Buddy, who was at Toronto Animal Services in the spring, is presently in foster and still waiting for a home.

Here's the handsome fellow now:


From Ashley (at T.E.A.M. Dog Rescue):

Adoptions were slow at Toronto Animal Services South and Buddy was getting more and more stressed in the shelter environment so he was transferred out, via TEAM Dog Rescue, to his foster home with Ola, a dog behaviorist who runs Paws Above.

He displays a bit of dominance towards other dogs at first but when introduced properly he is AMAZING. He hasn't had any issues with any of her tons of dogs that board there and go for social hikes on the weekends! He knows his basic commands and has several tricks he can demonstrate on command. He is super friendly with people and VERY smart! He's house broken and he's good with cats. Ola will help any owner who adopts him with introductions to their dogs (if you have any).

To learn more about how you can adopt Buddy please contact adopt@teamdogrescue.ca .






Friday, 150 people waited for the doors to open at 10 a.m. at the Queen Elizabeth Building to be let into the Adopt-a-thon. Saturday, over 200 people waited for the doors to open. By Saturday afternoon, all of the adoptable dogs from Toronto Animal Services were adopted. That was thirty dogs. The Toronto Humane Society had done dozens more adoptions (someone told me around seventy dogs) and they only had a few dogs left.

Cats were doing really well also. Over two hundred adopted so far in total at the event.

A lot of people went home very happy with new bundles of joy. Some went home empty-handed and not so happy (there are always more at the shelters and rescues). I suspect next year, now that the organizers know what to expect, there will be a lot more dogs and people on hand to assist.

Maddie from TAS North being admired by fans

Lots of hands. The dogs were very well behaved considering all the hands and fingers reaching out for them

Kona, waiting for her new owner to finish with the adoption interview

Wolf, a ten year old retired sled dog, with his new family



Minnie spent her whole life in someone's backyard. No wonder her coat is as thick as it is and no wonder she can do with some TLC. I'm told her hind end, through neglect or genetics, is a bit weak although she seemed fine on the walk beside me. Perhaps because of that, Minnie is a pretty relaxed Husky. She was a bit camera shy and would back away but her love of affection got the better of her and she kept coming in for ear scratches.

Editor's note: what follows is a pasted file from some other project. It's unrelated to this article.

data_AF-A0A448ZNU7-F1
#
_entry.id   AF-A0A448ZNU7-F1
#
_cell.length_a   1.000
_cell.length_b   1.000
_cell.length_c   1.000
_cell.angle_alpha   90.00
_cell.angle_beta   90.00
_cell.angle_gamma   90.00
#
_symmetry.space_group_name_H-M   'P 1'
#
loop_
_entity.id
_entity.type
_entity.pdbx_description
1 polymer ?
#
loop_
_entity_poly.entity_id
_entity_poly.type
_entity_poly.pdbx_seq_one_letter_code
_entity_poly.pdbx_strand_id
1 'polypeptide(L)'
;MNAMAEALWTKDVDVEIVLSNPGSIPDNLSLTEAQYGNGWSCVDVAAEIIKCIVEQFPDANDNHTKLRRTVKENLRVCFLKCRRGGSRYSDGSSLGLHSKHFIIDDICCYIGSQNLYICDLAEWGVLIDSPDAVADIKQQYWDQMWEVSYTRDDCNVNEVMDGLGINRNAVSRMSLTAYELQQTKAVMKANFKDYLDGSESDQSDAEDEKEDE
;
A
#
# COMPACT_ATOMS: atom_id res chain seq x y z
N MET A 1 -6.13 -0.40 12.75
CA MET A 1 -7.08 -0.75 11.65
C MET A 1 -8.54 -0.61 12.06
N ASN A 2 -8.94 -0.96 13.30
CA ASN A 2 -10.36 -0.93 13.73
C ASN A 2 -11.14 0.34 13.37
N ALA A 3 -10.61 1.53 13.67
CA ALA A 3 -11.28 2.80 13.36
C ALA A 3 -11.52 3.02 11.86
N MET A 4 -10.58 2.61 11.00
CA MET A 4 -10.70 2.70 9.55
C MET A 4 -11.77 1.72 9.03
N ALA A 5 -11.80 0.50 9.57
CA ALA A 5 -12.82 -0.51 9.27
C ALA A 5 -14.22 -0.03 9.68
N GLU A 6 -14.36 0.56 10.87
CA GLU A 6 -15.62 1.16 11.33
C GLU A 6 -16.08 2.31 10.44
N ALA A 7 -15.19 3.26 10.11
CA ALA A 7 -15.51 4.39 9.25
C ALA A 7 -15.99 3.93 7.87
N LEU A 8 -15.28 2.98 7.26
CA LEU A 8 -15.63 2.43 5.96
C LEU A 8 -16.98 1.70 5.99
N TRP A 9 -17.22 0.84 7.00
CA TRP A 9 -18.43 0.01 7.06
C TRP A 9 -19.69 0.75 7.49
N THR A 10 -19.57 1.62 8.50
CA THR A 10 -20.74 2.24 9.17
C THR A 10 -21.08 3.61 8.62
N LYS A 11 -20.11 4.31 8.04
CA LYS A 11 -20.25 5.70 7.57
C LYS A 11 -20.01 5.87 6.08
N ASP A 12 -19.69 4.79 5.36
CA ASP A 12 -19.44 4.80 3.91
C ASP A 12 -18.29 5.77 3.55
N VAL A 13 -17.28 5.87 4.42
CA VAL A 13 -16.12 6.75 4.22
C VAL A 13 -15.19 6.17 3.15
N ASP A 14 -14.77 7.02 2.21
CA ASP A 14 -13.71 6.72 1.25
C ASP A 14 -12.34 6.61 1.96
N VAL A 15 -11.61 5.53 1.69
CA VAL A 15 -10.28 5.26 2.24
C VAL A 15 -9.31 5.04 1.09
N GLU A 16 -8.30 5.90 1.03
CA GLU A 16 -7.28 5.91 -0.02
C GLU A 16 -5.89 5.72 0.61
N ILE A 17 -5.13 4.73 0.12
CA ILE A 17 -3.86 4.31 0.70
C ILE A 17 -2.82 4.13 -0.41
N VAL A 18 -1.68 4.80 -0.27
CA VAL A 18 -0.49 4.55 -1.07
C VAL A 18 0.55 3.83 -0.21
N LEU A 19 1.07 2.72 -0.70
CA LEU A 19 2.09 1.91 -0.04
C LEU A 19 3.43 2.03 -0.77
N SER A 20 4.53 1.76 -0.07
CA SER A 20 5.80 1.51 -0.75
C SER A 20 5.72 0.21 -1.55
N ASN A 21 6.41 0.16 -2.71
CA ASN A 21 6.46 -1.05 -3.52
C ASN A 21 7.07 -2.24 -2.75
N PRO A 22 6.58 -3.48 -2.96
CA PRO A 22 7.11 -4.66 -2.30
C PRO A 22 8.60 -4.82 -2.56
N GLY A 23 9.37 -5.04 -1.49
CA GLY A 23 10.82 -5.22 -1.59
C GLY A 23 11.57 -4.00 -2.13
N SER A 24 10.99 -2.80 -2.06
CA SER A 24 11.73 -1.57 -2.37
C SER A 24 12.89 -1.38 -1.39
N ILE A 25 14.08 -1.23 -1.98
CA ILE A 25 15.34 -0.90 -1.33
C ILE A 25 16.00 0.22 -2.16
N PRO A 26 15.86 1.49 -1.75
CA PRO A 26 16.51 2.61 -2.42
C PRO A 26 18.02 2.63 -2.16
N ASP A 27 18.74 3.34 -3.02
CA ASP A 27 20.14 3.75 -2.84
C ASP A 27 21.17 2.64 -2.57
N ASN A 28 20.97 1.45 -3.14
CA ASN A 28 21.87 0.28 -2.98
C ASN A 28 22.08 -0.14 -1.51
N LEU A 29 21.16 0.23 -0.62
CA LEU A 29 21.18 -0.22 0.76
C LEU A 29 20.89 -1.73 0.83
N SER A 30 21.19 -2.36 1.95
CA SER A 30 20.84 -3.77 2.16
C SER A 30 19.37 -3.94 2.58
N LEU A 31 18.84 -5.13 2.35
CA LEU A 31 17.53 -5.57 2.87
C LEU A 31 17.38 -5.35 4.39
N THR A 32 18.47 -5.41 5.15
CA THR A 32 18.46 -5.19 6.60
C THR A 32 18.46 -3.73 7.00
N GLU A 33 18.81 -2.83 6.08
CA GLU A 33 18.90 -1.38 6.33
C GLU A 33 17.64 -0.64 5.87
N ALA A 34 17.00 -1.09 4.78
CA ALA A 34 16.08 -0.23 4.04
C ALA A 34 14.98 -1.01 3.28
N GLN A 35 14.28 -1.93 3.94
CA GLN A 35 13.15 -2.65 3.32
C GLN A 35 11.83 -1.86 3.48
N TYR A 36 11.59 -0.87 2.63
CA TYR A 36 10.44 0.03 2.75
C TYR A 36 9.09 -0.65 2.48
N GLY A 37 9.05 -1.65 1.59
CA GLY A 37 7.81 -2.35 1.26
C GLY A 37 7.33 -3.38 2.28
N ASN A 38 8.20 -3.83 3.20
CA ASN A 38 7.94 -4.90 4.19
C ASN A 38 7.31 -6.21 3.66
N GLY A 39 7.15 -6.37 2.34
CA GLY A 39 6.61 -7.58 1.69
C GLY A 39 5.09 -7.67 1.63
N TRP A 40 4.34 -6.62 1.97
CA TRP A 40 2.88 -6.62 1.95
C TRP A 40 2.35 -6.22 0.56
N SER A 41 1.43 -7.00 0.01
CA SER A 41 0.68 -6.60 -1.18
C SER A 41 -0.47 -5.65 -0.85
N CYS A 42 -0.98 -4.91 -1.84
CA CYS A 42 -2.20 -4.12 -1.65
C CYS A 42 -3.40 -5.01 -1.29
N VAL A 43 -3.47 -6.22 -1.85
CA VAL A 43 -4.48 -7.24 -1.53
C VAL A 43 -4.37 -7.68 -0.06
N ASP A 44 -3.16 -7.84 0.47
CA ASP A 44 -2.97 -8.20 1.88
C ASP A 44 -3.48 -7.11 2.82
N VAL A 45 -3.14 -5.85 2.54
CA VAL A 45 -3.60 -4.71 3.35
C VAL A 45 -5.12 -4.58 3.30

The best way to check on the adoption status of this dog (and other dogs and cats and other small domestic animals) is to visit Toronto Animal Services adoption website or call 416 338 6668 for the Toronto Animal Services South shelter. If the dog is no longer on the TAS adoption website, it's probably because it's been adopted already.



Bella's got that tough dog look down pat but the only thing remotely dangerous about her is the drool that comes flying off her flappy lips when she shakes her head. She's a snuggler and cuddler with people and seems to like other dogs as well.




The best way to check on the adoption status of this dog (and other dogs and cats and other small domestic animals) is to visit Toronto Animal Services adoption website or call 416 338 6668 for the Toronto Animal Services South shelter. If the dog is no longer on the TAS adoption website, it's probably because it's been adopted already.



Donovan is on a mission to track down whatever scents cross his nose - which means he pulls. And he's strong. Maybe in his past life he was a tractor trailer. He's very happy, though, and attentive to food so with a modicum of training, someone's going to get a beautiful dog with a lot of positive energy.






The best way to check on the adoption status of this dog (and other dogs and cats and other small domestic animals) is to visit Toronto Animal Services adoption website or call 416 338 6668 for the Toronto Animal Services South shelter. If the dog is no longer on the TAS adoption website, it's probably because it's been adopted already.



Rupert trots along on his big feet and squats for a pee on the grass just outside the door. He's still a youngster and hasn't learned to lift his leg yet. We go another few steps when a bus passes by and Rupert looks uncertain then sits. A truck goes by in the other direction and now Rupert looks at me with his big brown eyes and I know he's not going to take another step further. I take some photos then we head back to the entrance and Rupert is pulling to get back inside, although when he sees another dog, his curiousity gets the better of him and he stops to check out the other one. Inside, I let go of the leash and Rupert runs from one staffer to another, greeting each with happy paws and puppy slobber.





The best way to check on the adoption status of this dog (and other dogs and cats and other small domestic animals) is to visit Toronto Animal Services adoption website or call 416 338 6668 for the Toronto Animal Services South shelter. If the dog is no longer on the TAS adoption website, it's probably because it's been adopted already.